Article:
By TMoM Team Member Laura Simon

Recently, my mom dropped off a stash of baby things for me to donate to my church. As I scanned the bags of relics that were once integral parts of my life, I realized – with a lump in my throat – that we are no longer in that phase of life. No more stacking rings, wooden puzzles, and board books for this family. Suddenly – and quite unexpectedly – I have entered the world of Harry Potter, Roblox, and professional sports fandom. The things I received as baby shower gifts are obsolete.

Yep, I had myself a moment. And then, while seated in a $70 foam and wire concoction that makes a bleacher seat at a natatorium almost bearable, I had another moment. Why don’t we have big kid showers?

I mean, people spend hundreds of dollars on that baby before he or she even opens an eyeball. And then that kid starts wiping his own behind and speaking in (mostly) cohesive sentences, and there are crickets from the “supportive community.”

People, our friends with big kids still need help. Lots of it.

So what would presents look like at a big kid shower? Well, for starters, they wouldn’t be cute.

Nope, big kid presents look like that magical foam bleacher seat I mentioned earlier. Every big kid parent should get at least one. Let’s face it, big kid parenting doesn’t involve cushioned gliders. It involves butts that are considerably past their prime sandwiched for hours on hard metal, with an occasional rise to cheer on the athlete in question.

Big kid parents need noise-cancelling headphones for everything from playdates to everyday life. No, big kids don’t have colic. It’s just that everything about their existence is…LOUD. Talking about their day? Loud. Playing video games? Loud. Practicing piano? LOUD. (A piano teacher once suggested to my middle child that it wasn’t necessary to attack the piano keys, and he was legitimately confused. What other option is there?) Good loud is still loud, and noise-cancelling headphones do wonders for a mama with anxiety.

Big kid parents need gas cards. Lots and lots of gas cards. Basically, big kid parenting takes place in a Chevy, with rare excursions to the bleacher seats. There have been years where I spent the hours from 3pm until 7pm in my minivan. I have a mobile hotspot and a laptop, and I now refer to said van as “my office.” Admittedly, a lot of our best conversations happen on those drives around town, but there are also plenty of moments when I could use the noise-cancelling headphones.

Big kid parenting should come with a subscription to liability insurance. Literally everything kids like at this age can kill them – or at least maim one of their friends. Nerf wars, trampoline parks, ninja warrior adventures…heck, even four-square can take a remarkably savage turn. Let one kid get hurt on your playset, and all of a sudden their medical insurance company is coming after your home insurance company…it’s insane.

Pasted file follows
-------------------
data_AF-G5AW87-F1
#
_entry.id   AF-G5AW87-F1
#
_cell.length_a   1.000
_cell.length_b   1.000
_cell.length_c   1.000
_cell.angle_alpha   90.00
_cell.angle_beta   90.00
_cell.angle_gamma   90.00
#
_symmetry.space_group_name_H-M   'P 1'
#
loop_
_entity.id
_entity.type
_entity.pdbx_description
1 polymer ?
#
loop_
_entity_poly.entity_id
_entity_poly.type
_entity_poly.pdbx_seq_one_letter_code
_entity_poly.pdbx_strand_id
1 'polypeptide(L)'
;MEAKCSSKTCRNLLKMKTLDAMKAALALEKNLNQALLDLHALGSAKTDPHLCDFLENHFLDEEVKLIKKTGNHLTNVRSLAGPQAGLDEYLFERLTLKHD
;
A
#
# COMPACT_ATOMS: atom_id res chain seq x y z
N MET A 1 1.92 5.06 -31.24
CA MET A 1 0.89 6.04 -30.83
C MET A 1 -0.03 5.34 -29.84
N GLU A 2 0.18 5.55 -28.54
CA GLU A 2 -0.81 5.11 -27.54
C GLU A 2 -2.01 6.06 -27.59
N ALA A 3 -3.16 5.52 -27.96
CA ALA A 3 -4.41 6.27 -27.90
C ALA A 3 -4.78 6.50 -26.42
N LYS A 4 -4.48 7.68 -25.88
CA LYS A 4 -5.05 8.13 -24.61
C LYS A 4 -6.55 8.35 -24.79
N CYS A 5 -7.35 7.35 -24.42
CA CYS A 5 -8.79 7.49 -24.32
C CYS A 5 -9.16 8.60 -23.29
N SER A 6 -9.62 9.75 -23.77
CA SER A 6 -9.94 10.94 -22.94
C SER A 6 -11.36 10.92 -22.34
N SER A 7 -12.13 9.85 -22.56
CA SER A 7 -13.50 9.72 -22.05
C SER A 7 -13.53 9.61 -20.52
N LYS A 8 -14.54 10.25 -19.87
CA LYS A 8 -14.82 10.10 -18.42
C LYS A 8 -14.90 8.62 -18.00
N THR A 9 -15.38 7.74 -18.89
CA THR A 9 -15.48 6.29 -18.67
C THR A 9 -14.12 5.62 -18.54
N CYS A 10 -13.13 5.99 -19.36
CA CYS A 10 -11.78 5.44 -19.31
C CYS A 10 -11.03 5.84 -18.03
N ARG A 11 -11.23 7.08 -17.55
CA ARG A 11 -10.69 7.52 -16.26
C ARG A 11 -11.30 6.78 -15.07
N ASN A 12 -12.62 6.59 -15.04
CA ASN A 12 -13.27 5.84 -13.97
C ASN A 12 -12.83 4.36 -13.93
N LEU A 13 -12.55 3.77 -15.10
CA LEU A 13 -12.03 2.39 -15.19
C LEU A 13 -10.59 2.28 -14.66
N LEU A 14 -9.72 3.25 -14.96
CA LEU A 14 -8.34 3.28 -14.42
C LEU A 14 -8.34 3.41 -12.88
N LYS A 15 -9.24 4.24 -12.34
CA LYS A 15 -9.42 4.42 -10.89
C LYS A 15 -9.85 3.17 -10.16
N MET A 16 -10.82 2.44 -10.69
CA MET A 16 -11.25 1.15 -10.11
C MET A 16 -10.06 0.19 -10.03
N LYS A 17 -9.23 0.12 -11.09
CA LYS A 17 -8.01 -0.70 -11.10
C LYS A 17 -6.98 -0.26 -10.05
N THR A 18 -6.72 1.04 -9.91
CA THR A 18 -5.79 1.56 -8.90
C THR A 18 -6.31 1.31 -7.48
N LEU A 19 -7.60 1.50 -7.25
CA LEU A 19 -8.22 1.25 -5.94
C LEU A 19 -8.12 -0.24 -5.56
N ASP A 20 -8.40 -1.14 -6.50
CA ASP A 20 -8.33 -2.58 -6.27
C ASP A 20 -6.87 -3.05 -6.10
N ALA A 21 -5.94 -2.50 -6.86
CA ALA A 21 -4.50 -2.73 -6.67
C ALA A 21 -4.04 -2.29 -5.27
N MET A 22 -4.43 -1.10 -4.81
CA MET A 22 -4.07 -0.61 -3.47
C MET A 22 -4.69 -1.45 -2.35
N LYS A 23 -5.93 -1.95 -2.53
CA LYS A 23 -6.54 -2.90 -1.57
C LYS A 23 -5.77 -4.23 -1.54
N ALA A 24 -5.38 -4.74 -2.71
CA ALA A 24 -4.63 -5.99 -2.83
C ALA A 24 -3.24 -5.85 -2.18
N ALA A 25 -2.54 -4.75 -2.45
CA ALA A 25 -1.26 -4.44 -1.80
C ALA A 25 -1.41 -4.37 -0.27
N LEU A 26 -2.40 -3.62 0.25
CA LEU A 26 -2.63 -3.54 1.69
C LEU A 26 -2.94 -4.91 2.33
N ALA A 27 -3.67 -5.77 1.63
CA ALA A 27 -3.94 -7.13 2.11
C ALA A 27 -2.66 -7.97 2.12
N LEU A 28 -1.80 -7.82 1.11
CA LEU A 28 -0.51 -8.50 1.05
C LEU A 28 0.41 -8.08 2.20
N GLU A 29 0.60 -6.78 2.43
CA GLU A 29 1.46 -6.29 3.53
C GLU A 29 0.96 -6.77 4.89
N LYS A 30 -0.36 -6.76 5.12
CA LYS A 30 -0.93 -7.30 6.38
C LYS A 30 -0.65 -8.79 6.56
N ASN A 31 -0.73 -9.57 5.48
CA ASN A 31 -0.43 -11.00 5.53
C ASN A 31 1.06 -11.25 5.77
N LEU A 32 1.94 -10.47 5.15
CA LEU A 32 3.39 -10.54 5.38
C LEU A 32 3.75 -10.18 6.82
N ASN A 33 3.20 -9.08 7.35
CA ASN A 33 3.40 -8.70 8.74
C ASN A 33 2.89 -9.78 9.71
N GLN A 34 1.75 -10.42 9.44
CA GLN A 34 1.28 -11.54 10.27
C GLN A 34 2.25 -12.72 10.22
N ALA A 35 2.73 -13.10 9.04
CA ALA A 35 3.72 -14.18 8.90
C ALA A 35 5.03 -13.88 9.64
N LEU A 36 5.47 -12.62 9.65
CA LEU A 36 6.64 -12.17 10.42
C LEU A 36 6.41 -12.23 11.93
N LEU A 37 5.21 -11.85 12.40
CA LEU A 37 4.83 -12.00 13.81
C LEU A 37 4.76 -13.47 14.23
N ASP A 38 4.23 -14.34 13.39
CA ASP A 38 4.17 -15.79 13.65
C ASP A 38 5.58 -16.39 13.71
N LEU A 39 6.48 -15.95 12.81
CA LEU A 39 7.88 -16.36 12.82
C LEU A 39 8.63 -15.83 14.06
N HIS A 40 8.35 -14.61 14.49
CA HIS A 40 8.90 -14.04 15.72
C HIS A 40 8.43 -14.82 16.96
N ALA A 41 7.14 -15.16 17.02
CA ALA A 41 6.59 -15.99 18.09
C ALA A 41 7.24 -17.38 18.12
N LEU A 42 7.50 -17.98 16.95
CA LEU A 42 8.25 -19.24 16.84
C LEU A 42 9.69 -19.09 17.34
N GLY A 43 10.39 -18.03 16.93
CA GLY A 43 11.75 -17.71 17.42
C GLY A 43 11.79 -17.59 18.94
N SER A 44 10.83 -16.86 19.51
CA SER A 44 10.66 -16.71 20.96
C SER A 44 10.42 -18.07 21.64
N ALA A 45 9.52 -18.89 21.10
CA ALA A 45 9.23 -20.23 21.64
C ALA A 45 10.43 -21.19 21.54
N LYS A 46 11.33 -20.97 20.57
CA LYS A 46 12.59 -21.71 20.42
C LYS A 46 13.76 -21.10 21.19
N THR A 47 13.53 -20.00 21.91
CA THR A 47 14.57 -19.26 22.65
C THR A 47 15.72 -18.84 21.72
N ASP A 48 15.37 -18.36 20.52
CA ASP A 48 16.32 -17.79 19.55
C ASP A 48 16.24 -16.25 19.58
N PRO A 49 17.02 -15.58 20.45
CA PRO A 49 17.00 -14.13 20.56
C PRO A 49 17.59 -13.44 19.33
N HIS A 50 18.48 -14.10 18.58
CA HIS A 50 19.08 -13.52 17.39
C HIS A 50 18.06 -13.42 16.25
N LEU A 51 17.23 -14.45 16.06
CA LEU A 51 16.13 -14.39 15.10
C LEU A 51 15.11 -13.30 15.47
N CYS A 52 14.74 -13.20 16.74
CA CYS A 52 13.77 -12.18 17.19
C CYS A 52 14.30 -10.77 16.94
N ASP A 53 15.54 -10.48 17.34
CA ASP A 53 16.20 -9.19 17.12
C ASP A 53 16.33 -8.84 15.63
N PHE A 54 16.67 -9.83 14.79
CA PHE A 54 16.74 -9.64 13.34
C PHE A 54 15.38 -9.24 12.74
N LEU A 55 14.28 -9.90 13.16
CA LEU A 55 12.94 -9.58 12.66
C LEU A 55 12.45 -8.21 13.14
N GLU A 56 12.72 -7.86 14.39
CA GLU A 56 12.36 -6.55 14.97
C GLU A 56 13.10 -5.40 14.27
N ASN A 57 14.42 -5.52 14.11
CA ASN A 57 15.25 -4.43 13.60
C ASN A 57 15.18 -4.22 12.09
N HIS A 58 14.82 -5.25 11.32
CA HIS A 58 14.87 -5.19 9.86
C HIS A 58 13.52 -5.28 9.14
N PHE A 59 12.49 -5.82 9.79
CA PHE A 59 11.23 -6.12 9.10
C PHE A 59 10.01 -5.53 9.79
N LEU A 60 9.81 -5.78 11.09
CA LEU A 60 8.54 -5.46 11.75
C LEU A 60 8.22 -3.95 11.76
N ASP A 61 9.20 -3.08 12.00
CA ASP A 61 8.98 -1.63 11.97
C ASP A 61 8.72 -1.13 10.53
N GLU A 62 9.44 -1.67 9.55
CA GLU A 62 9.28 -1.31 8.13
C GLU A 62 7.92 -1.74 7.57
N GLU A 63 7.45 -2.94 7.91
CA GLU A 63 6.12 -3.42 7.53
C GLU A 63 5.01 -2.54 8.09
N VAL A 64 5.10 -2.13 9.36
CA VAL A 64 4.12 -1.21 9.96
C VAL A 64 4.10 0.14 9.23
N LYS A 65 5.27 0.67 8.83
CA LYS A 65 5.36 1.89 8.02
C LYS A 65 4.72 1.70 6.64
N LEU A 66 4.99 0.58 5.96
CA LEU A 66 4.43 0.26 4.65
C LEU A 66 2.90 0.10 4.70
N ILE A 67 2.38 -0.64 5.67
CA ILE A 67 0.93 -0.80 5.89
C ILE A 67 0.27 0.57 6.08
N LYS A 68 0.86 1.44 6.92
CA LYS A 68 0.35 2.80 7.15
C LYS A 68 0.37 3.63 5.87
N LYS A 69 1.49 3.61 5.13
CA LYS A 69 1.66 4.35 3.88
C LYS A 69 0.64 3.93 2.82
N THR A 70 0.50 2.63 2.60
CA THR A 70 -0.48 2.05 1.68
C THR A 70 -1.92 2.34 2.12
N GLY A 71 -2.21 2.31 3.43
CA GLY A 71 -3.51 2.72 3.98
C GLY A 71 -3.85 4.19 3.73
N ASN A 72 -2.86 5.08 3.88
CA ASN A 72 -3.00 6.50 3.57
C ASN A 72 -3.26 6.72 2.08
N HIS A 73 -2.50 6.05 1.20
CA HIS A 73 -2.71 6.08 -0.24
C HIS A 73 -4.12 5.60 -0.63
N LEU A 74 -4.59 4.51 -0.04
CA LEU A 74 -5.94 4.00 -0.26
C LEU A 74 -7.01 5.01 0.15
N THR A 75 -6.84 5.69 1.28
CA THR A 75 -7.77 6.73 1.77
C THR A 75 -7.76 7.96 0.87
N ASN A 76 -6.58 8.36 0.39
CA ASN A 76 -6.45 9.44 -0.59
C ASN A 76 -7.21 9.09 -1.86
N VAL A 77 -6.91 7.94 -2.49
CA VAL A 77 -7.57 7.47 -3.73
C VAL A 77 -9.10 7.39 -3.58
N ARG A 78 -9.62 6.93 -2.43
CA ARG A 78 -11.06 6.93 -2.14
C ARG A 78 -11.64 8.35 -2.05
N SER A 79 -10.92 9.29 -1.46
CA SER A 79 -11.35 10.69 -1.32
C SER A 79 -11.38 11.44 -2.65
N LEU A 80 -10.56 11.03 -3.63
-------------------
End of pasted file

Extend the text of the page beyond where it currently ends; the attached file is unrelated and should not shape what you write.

You’ll also need a lifetime supply of laundry detergent, which you’ll plow through in a week. A housekeeper would also be nice, since a room won’t stay clean longer than 12 hours. And dish soap? Just buy stock in Proctor and Gamble – that way you’ll benefit when your dirty dishes boost their bottom line.

Big kids do still need clothes. Nope, these aren’t cute clothes to buy. There are no appliqued elephants or monkeys. And they aren’t cheap either. Unlike the baby clothes, by the time you get the elementary age, the hand-me-down chain has dried up. Babies basically sleep in their clothes for three months, outgrow them, and free them up for the next kid in the family. Big kids climb trees, take flying leaps off scooters and bikes, dig in the dirt, slide into imaginary bases, dig holes to the center of the earth, cram their pockets full of pretty rocks, and basically destroy every single elbow and knee in every single outfit you buy them. And those outfits are twenty bucks instead of ten.

Along with the clothes, big kid parent needs a lifetime supply of shoes. A big kid can outgrow a pair of shoes in a week. And the ones that don’t get outgrown first literally fall apart at the seams and beg to die. Oh.- and big kids also require odor control for those shoes. I have a very poor sense of smell, and I have nearly thrown up when my boys take off their shoes in the back seat. They make these nifty little bags of charcoal that help tremendously when the shoe wearer remembers to put them in the shoe at night. Go ahead and add those to your list.

Do not bother to buy socks (they won’t wear them), coats (who actually wears a coat at that age?), or underwear (they literally forget and apparently don’t feel a draft). Personal hygiene products are also a waste, but gift cards to the water department are much appreciated. Apparently it is possible to take a 20-minute shower and emerge red and scalded, with dry hair and a smudge of mud still residing on your cheek.

Don’t get me wrong: the big kid years are sweet. The conversations are absolutely riotous. It’s amazing to watch them learn and discover their world. But they’re expensive in their own way and it just makes sense to give these mamas and dads a little help. You could even have fun little big kid shower games, like “Name That Stench” and “Pin The Tail on the Missing Homework.” It would be fun. We should do it.

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